The Bank Compliance Officer
One of the most important careers in compliance is that of the bank compliance officer. Bank compliance officer jobs deal in managing the complexities of financial transactions, making sure that these transactions follow established accounting and fiduciary procedures. With the growing importance of federal financial regulations such as the Sarbanes-Oxley Act of 2002, which makes the governing officers of a corporation personally responsible for any legal irregularities, the bank compliance officer's role has become more critical to maintaining good financial governance. Bank compliance jobs call for talented people who are good with numbers, have a flair for accounting, are exacting, organized, and above all, have a strong sense of responsibility and integrity.
Bank compliance officers should have strong accounting skills and have at least five or more years working in the legal or compliance field, dealing with financial enforcement, regulations, and consumer finance. Excellent managerial and communications skills are very important, as bank compliance officers are often leading small teams that oversee specific aspects of banking rules. A legal degree (Juris Doctor) is also required, as well as a thorough understanding of SEC rules and mandates.
Like most bank employees, banking compliance officers have a 9-5 workday, Mondays through Fridays. Work takes place in clean, well-lit bank offices. Bank compliance officers use computers in their daily work, as well as complex analytical programs that can track financial transactions. Banking compliance officers often lead small teams that handle various aspects of a bank's overall compliance strategy. Keeping up with changes in banking regulations and making sure that all divisions of the bank are kept informed is a large part of the job; in many ways, the ability to communicate effectively is more important than financial ability.
Salaries for bank compliance workers can vary widely, due to training and location. Based on Bureau of Labor statistics as of 2006, median salaries were $54,630, with the midranges between $42,520 and $71,960. The top 10% of wage earners made more than $94,050, with starting graduate salaries averaging $46,718 to $49,277.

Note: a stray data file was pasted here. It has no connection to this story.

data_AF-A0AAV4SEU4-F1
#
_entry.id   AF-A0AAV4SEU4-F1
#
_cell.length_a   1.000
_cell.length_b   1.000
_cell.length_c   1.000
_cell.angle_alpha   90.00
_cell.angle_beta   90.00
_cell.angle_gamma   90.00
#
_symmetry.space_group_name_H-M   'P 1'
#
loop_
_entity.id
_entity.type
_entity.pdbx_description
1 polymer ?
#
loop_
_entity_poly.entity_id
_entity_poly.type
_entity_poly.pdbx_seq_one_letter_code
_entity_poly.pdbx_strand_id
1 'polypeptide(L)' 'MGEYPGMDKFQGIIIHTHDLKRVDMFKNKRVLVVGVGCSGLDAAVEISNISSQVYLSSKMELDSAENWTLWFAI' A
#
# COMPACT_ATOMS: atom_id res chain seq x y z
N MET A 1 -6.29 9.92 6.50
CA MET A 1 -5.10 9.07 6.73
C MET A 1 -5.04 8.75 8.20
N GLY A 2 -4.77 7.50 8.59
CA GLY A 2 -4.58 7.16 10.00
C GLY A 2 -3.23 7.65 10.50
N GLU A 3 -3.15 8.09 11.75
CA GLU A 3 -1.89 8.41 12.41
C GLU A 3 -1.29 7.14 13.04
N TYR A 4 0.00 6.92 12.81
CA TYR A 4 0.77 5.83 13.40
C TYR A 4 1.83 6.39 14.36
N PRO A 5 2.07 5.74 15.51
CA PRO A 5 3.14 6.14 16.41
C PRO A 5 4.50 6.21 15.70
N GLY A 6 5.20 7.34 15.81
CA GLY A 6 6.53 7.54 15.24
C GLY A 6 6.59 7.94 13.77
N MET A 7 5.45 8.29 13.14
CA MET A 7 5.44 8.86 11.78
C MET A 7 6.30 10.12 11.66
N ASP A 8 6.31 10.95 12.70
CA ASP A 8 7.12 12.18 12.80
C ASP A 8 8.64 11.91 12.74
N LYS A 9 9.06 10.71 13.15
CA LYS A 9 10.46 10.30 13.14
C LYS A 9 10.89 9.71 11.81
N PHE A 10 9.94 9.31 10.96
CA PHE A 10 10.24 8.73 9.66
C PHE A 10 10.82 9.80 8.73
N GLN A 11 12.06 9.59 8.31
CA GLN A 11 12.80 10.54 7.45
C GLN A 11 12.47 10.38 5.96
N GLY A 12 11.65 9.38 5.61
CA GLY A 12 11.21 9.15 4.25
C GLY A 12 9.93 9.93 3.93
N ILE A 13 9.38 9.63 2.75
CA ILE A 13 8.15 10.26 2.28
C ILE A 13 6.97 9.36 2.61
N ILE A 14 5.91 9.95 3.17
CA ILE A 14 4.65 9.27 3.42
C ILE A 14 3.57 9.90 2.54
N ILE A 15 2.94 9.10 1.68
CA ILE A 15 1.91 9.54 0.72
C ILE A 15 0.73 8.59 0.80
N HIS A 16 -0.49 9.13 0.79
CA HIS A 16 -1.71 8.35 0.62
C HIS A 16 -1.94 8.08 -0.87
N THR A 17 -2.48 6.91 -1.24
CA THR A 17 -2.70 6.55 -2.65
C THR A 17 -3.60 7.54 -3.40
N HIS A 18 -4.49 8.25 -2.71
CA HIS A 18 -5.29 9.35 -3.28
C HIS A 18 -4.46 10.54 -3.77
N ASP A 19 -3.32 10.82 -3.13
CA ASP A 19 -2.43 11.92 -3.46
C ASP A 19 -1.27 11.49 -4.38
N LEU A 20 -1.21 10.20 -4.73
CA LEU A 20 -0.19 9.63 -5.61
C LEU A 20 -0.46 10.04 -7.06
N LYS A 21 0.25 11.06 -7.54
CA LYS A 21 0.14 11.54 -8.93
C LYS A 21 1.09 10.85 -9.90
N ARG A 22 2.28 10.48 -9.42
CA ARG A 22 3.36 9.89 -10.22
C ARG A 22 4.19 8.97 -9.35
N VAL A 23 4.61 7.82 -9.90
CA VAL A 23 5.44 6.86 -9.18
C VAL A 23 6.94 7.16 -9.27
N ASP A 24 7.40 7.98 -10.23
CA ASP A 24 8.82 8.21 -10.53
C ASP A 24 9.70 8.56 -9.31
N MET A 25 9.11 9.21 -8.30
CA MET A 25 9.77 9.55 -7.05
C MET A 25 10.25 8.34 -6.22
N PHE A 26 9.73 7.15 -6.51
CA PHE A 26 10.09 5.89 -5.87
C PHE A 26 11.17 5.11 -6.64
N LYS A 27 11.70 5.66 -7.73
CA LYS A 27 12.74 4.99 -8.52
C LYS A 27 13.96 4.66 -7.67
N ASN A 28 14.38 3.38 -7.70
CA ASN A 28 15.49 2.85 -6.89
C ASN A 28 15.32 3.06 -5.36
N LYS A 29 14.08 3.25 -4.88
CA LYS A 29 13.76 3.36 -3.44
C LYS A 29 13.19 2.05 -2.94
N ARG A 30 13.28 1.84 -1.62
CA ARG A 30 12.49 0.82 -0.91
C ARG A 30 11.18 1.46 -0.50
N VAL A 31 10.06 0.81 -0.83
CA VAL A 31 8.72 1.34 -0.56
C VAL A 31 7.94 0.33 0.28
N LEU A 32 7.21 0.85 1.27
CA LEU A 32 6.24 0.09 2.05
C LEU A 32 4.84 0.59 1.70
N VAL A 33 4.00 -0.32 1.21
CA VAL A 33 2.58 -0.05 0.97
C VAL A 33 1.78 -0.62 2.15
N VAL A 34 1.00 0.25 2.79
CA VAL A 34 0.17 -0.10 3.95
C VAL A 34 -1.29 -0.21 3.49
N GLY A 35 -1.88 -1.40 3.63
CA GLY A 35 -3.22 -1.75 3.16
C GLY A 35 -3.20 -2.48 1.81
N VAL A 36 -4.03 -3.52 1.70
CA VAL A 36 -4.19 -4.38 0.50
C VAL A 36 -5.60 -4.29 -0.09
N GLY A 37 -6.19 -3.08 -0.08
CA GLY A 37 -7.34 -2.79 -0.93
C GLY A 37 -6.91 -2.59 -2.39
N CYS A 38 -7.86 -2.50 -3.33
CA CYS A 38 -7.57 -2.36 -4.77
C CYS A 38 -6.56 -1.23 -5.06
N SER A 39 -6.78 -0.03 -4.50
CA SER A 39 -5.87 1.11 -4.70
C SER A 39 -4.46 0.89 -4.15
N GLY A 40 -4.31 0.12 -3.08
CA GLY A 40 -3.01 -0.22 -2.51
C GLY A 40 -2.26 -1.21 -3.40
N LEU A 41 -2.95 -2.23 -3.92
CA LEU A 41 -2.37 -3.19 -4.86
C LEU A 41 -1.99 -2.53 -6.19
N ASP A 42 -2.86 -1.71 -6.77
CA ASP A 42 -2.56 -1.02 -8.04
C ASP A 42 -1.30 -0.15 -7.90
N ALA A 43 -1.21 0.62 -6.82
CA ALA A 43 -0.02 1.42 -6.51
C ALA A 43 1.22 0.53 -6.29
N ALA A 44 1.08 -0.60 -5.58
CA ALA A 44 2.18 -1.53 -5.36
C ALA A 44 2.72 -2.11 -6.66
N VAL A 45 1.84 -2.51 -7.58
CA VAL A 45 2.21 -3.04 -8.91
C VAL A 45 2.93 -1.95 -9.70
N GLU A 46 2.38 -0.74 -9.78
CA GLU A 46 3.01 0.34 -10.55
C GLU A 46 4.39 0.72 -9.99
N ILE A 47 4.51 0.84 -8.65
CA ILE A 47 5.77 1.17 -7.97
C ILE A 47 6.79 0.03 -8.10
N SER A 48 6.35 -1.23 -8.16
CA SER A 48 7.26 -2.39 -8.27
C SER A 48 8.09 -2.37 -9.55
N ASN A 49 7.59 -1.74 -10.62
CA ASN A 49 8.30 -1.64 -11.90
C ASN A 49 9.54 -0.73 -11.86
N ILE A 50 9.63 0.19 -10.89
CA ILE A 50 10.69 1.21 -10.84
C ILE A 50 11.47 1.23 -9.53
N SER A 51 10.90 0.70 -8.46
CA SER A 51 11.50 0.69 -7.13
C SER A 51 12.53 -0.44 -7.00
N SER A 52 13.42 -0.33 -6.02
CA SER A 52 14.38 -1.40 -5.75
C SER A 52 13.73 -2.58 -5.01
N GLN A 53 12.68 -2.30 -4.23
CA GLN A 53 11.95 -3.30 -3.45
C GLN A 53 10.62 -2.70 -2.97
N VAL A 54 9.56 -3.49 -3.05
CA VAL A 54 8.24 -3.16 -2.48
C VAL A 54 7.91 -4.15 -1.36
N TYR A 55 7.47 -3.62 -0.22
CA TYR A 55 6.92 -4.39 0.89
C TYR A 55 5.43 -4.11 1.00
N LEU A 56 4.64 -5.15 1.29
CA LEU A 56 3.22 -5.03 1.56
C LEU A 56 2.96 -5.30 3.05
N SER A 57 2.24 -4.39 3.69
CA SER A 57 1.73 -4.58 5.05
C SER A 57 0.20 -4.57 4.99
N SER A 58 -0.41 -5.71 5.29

Compliance careers are not necessarily the best path for advancement. It is rare that compliance officers are moved into management or executive positions. In many cases, a career as a bank compliance officer is the culmination of a career that may have begun as an accountant or financial analyst. It is not uncommon for successful compliance officers to leave to start their own compliance-consulting firms. Since there are so many areas of compliance available, consultants can find working as a specialist in one of the various areas of compliance to be a lucrative direction.
The compliance industry is a growing field, with many excellent career opportunities available for those with the right training. Based on 2006 Bureau of Labor statistics, compliance worker employment is expected to expand faster than the national average of all occupations, up to 18% through the 2006-2016. Period. New financial rules, especially in the current climate of re-regulation, are forecast to create as many as 226,000 possible openings, with new opportunities opening up in large banking firms nationwide.
Several other events have worked to increase the demand for bank compliance officers. Post September 11, the Anti-Money-Laundering (AML), and new guidelines to detect money laundering and possible terrorist transactions created new and stringent guidelines. Bank compliance officers are now responsible not only for maintaining a watch on a bank's financial practices, but must also be on the lookout for suspicious transactions. In these cases, they must file Suspicious Activity Reports (SARs), with the Financial Crimes Enforcement Network (FinCEN) of the U.S. Treasury Department.